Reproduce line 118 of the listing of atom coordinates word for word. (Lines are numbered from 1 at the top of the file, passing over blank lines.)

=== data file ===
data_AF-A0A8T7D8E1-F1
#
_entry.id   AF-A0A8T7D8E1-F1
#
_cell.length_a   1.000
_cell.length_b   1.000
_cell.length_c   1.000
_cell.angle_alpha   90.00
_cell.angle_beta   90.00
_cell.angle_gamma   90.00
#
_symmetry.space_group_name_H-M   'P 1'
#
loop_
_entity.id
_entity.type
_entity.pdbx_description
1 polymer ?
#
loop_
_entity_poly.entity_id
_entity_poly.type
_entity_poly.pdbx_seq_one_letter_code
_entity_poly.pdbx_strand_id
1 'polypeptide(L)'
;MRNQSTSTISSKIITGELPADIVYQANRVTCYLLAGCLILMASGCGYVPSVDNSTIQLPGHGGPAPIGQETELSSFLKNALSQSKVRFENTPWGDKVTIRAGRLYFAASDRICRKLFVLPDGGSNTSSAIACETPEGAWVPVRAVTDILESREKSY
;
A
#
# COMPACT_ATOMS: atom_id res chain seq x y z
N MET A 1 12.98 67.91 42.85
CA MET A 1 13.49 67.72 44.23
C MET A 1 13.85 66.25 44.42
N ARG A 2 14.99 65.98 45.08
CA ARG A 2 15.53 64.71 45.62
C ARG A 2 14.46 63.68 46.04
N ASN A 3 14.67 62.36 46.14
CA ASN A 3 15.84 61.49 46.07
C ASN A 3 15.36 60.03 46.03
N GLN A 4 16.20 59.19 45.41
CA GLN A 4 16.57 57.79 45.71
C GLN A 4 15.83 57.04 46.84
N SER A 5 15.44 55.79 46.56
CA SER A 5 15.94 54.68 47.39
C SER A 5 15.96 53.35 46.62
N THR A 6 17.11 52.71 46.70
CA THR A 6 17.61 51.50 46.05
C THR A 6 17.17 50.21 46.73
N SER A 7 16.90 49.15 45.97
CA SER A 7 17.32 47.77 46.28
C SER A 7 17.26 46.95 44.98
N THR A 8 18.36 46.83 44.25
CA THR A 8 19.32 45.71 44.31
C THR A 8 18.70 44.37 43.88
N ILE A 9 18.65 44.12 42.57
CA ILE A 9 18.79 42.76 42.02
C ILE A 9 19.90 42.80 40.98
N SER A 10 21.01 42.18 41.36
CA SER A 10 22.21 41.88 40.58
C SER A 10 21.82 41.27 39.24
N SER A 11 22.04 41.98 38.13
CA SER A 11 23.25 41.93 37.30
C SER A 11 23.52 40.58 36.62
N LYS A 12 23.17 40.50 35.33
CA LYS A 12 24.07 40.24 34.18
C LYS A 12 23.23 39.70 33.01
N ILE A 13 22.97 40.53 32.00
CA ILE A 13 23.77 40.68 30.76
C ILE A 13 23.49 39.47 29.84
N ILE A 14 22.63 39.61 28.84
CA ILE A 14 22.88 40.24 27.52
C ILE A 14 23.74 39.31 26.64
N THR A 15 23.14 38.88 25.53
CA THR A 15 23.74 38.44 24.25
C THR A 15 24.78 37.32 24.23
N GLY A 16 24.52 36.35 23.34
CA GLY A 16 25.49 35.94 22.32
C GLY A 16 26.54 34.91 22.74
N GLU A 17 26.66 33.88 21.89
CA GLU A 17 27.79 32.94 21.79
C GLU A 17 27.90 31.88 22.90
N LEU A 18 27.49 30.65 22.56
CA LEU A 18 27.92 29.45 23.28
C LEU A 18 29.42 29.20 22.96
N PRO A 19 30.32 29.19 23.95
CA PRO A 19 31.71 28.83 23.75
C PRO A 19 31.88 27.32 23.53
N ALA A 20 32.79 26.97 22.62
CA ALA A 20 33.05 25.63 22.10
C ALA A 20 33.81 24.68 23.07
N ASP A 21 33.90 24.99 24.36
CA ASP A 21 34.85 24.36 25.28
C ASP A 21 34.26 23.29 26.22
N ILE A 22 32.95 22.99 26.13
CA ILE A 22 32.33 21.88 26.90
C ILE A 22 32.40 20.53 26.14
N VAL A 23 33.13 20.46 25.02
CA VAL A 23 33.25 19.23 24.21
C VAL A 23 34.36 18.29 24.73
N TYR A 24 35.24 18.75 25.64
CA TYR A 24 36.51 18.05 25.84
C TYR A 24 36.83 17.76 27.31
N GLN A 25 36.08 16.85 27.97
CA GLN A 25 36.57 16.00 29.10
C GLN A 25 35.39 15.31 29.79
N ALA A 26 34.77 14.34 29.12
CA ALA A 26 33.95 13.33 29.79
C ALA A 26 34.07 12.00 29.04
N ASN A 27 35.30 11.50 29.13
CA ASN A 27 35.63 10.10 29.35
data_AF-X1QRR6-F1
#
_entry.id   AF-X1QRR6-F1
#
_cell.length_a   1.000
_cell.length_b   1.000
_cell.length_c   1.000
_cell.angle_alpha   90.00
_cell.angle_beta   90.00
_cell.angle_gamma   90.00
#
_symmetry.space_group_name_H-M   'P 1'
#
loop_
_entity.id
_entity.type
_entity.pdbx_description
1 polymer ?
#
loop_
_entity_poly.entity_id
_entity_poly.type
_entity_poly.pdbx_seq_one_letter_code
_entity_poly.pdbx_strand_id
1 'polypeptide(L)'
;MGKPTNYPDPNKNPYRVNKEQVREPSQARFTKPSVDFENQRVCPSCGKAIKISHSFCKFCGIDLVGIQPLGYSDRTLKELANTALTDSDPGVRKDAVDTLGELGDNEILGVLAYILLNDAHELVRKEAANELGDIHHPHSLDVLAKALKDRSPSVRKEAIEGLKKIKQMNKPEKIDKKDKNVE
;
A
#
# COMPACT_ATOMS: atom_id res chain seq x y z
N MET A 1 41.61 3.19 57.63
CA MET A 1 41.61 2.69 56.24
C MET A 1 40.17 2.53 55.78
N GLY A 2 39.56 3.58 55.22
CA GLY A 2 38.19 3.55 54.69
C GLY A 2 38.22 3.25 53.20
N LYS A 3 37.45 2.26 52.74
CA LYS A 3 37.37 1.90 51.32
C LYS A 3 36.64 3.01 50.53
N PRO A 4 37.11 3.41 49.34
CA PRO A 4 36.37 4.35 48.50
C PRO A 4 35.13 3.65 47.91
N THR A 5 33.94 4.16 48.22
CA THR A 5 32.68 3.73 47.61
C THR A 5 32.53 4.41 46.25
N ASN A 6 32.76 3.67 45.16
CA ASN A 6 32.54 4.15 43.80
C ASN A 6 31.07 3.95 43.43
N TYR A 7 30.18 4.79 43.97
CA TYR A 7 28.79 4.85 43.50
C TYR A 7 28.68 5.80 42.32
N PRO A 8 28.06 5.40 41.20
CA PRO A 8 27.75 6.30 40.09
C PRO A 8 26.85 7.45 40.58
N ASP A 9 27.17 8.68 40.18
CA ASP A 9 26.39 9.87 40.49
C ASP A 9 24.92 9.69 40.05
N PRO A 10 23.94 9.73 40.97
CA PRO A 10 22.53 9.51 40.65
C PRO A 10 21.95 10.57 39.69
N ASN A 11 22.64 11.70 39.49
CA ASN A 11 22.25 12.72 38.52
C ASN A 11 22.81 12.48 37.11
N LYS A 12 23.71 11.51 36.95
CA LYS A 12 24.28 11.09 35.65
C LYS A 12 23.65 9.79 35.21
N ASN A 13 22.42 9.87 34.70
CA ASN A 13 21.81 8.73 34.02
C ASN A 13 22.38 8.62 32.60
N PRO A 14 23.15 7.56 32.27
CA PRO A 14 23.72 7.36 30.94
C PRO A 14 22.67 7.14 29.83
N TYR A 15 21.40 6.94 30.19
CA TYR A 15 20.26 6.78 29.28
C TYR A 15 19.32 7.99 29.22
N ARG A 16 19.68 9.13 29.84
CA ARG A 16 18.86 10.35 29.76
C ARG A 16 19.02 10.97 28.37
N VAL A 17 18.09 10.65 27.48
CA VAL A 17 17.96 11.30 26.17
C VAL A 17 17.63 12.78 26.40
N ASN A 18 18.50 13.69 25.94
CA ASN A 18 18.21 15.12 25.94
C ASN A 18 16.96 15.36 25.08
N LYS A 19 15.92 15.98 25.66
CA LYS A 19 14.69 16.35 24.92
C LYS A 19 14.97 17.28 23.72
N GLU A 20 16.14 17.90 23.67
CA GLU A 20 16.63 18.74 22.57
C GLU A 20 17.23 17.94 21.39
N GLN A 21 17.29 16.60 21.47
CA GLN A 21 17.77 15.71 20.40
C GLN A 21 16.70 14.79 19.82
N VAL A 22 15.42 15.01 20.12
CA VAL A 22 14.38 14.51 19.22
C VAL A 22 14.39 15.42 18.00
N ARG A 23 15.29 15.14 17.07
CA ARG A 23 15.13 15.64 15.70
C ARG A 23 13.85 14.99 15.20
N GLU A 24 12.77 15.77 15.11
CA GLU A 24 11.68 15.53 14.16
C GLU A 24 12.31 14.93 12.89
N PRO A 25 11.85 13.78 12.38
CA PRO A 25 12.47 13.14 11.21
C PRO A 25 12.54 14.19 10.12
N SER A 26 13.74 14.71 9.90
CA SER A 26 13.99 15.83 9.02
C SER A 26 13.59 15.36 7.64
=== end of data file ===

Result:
_cell.angle_alpha   90.00